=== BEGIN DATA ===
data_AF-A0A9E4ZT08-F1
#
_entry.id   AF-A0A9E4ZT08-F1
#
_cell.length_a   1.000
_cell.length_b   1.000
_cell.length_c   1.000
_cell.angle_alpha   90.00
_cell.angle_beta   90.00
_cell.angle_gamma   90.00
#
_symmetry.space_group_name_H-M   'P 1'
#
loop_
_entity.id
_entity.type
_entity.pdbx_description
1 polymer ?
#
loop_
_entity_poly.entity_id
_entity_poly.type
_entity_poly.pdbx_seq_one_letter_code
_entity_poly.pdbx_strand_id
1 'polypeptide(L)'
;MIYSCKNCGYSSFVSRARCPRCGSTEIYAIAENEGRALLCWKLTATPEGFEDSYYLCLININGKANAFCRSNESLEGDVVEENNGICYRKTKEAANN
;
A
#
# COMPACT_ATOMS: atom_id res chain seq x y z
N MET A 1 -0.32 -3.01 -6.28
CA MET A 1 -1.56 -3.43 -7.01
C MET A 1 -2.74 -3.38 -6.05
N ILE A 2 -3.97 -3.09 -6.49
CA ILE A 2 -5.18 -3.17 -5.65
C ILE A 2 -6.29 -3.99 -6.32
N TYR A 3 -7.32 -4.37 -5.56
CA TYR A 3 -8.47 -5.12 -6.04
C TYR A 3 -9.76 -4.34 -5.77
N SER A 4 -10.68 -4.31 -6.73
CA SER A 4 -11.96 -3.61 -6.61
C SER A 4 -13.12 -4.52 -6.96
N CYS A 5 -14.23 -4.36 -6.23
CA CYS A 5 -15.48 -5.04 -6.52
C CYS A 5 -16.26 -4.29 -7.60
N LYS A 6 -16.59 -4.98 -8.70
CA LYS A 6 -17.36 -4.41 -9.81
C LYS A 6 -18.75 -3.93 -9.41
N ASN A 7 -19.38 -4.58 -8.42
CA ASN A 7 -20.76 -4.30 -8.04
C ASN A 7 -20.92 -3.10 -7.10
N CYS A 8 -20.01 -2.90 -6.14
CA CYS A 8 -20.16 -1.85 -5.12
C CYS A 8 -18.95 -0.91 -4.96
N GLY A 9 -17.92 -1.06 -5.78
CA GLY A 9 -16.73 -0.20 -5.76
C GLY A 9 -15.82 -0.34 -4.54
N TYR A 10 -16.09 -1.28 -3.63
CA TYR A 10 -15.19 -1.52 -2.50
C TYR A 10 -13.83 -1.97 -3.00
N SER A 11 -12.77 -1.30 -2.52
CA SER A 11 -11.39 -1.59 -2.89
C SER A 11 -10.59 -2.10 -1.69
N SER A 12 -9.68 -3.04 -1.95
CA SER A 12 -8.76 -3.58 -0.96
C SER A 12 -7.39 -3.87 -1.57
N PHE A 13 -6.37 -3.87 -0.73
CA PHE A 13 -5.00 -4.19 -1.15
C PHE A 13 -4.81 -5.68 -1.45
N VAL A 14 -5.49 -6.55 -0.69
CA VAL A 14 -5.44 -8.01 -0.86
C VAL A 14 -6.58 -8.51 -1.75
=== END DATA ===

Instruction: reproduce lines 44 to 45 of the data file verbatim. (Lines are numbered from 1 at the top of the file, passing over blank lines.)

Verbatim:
CA CYS A 5 -15.48 -5.04 -6.52
C CYS A 5 -16.26 -4.29 -7.60